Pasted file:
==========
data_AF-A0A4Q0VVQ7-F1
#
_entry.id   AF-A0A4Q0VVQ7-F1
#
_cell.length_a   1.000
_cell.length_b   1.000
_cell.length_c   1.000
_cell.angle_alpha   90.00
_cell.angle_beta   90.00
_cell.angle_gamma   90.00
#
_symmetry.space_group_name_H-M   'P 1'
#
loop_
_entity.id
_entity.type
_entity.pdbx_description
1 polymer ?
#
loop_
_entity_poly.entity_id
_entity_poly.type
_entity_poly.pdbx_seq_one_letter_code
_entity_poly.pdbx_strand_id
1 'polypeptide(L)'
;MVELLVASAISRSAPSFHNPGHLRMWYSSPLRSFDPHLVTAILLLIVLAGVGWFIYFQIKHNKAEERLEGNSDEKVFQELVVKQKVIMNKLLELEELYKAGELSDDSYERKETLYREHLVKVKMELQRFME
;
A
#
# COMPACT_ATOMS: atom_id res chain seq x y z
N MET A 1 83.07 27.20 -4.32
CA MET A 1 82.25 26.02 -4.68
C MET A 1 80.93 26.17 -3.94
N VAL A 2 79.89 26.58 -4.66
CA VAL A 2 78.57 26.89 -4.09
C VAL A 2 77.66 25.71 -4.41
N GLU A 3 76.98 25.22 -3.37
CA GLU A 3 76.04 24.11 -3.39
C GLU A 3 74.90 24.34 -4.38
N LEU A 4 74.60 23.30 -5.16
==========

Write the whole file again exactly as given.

data_AF-A0A4Q0VVQ7-F1
#
_entry.id   AF-A0A4Q0VVQ7-F1
#
_cell.length_a   1.000
_cell.length_b   1.000
_cell.length_c   1.000
_cell.angle_alpha   90.00
_cell.angle_beta   90.00
_cell.angle_gamma   90.00
#
_symmetry.space_group_name_H-M   'P 1'
#
loop_
_entity.id
_entity.type
_entity.pdbx_description
1 polymer ?
#
loop_
_entity_poly.entity_id
_entity_poly.type
_entity_poly.pdbx_seq_one_letter_code
_entity_poly.pdbx_strand_id
1 'polypeptide(L)'
;MVELLVASAISRSAPSFHNPGHLRMWYSSPLRSFDPHLVTAILLLIVLAGVGWFIYFQIKHNKAEERLEGNSDEKVFQELVVKQKVIMNKLLELEELYKAGELSDDSYERKETLYREHLVKVKMELQRFME
;
A
#
# COMPACT_ATOMS: atom_id res chain seq x y z
N MET A 1 83.07 27.20 -4.32
CA MET A 1 82.25 26.02 -4.68
C MET A 1 80.93 26.17 -3.94
N VAL A 2 79.89 26.58 -4.66
CA VAL A 2 78.57 26.89 -4.09
C VAL A 2 77.66 25.71 -4.41
N GLU A 3 76.98 25.22 -3.37
CA GLU A 3 76.04 24.11 -3.39
C GLU A 3 74.90 24.34 -4.38
N LEU A 4 74.60 23.30 -5.16